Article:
Could This Year's El Nino Solve Arizona's Drought?
Scientists are making some big predictions about El Nino’s potential to bring a wet winter and spring to the West. But can you solve a drought that has built up over almost a decade in just one year?
No, not quite, said Mike Crimmins, a climatologist at the University of Arizona.
The reason, he said, is that the drought has stressed ecosystems, depleted streams and stalled groundwater recharge for years. Reversing that will take multiple rainy seasons. And while the current strong El Nino outlook could fill reservoirs on the Salt River, that may not get rid of Arizona’s water worries.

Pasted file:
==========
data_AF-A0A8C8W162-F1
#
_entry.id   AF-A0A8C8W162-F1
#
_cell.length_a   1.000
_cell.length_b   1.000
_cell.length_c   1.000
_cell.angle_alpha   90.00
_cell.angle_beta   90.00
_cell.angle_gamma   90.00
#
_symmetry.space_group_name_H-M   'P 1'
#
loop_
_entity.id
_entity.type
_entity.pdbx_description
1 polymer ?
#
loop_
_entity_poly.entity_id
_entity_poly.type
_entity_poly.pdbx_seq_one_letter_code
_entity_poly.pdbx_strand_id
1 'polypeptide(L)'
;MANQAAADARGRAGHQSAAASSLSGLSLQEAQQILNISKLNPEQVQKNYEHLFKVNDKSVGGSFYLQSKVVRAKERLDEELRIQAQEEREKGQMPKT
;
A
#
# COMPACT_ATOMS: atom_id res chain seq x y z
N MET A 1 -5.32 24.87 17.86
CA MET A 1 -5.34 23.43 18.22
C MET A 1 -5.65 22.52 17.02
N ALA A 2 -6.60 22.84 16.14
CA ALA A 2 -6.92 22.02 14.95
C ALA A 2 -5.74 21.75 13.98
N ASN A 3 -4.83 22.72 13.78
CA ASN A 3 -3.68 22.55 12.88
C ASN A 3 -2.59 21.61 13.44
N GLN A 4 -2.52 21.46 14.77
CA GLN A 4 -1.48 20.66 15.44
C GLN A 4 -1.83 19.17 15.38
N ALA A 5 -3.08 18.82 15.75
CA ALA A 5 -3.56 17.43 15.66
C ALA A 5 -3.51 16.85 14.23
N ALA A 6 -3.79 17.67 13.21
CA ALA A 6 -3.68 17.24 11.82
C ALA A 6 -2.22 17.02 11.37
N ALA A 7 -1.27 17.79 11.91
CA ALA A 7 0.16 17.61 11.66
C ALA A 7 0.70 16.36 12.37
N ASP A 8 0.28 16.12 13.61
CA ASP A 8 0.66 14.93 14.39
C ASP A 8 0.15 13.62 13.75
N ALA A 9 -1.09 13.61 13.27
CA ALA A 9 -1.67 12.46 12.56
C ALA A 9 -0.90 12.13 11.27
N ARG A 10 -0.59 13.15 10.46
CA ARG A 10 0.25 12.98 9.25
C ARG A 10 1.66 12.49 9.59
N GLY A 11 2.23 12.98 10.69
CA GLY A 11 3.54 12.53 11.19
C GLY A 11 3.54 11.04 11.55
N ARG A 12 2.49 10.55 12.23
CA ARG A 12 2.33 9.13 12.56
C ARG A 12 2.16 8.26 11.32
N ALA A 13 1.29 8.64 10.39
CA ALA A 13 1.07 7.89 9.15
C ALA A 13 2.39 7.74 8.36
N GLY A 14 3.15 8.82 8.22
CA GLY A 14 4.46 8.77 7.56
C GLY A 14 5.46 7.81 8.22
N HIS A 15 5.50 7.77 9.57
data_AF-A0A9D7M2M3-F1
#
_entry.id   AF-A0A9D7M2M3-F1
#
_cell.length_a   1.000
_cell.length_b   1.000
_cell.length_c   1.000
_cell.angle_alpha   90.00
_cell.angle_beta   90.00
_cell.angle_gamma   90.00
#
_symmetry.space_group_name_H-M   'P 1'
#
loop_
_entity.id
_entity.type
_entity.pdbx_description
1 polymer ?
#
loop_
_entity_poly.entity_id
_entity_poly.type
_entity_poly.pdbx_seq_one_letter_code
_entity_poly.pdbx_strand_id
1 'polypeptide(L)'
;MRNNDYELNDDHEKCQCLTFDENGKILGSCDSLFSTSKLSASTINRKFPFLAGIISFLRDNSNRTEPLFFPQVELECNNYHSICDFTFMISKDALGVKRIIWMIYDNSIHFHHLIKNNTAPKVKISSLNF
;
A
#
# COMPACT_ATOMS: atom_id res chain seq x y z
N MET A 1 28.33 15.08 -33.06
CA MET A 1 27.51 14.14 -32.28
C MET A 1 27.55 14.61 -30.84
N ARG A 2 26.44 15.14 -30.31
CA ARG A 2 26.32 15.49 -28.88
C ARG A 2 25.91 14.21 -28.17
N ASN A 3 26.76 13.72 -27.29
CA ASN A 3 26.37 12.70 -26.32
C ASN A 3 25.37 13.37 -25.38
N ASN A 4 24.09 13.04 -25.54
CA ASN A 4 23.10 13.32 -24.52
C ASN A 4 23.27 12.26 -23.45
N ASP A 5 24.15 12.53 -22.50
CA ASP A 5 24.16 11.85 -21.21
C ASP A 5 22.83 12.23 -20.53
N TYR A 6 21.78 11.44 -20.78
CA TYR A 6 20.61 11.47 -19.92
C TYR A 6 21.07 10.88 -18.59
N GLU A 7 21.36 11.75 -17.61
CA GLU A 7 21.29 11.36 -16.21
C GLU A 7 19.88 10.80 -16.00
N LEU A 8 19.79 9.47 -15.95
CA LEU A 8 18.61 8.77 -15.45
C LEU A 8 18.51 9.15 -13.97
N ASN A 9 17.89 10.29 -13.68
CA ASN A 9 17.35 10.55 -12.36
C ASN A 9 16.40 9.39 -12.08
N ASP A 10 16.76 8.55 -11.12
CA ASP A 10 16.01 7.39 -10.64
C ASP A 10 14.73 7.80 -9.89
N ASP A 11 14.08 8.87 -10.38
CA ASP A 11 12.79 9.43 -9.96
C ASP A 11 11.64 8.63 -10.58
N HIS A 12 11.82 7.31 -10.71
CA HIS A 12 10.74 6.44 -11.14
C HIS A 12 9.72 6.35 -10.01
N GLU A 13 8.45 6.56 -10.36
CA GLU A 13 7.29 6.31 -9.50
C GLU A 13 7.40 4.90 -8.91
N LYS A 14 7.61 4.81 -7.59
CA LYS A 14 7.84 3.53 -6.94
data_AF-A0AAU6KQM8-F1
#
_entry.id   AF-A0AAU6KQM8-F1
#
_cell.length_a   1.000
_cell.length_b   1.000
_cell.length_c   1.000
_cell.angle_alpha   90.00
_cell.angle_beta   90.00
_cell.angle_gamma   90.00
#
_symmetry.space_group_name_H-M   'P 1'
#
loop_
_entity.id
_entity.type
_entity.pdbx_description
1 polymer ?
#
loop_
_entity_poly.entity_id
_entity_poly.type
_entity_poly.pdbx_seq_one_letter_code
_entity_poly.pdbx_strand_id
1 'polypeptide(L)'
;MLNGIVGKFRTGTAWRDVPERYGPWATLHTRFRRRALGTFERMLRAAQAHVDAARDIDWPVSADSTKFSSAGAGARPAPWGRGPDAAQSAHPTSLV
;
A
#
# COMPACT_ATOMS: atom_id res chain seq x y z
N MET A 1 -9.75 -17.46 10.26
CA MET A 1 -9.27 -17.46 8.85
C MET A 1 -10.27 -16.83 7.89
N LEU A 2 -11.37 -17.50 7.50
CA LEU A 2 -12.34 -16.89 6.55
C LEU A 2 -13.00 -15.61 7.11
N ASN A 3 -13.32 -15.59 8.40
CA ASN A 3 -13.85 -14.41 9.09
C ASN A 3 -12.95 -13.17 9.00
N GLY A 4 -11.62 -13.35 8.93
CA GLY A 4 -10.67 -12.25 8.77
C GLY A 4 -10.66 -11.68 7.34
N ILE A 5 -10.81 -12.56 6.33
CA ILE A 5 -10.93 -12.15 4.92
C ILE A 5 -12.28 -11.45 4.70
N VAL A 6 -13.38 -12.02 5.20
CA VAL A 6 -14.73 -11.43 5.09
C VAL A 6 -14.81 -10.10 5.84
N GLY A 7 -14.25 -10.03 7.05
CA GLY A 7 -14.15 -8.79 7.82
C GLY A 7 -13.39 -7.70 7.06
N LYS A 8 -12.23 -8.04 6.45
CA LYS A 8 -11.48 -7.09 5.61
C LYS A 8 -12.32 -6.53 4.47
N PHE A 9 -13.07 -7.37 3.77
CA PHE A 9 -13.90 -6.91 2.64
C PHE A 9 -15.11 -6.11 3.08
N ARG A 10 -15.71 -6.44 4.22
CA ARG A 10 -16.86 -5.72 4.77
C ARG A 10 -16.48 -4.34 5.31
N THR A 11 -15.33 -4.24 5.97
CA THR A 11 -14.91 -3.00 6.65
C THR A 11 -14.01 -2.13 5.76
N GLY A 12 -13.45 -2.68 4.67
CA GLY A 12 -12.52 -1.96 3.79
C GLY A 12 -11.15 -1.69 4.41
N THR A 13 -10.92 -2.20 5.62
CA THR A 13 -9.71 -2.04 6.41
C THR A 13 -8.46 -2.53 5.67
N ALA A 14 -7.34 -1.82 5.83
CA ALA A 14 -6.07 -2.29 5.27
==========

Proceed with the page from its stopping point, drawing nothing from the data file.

“Some of these El Nino events become very very focused in their storm track which is over Southern California, Arizona and New Mexico, which might leave the Upper Basin out of that wet signal,” said Crimmins.
In other words, the Southwest could get lots of precipitation, but northern states, like Utah and Colorado, could stay dry, without much snowpack — that would be bad news for Arizona because 40 percent of its water comes from the Colorado River, which is fed by run off in the Upper Basin.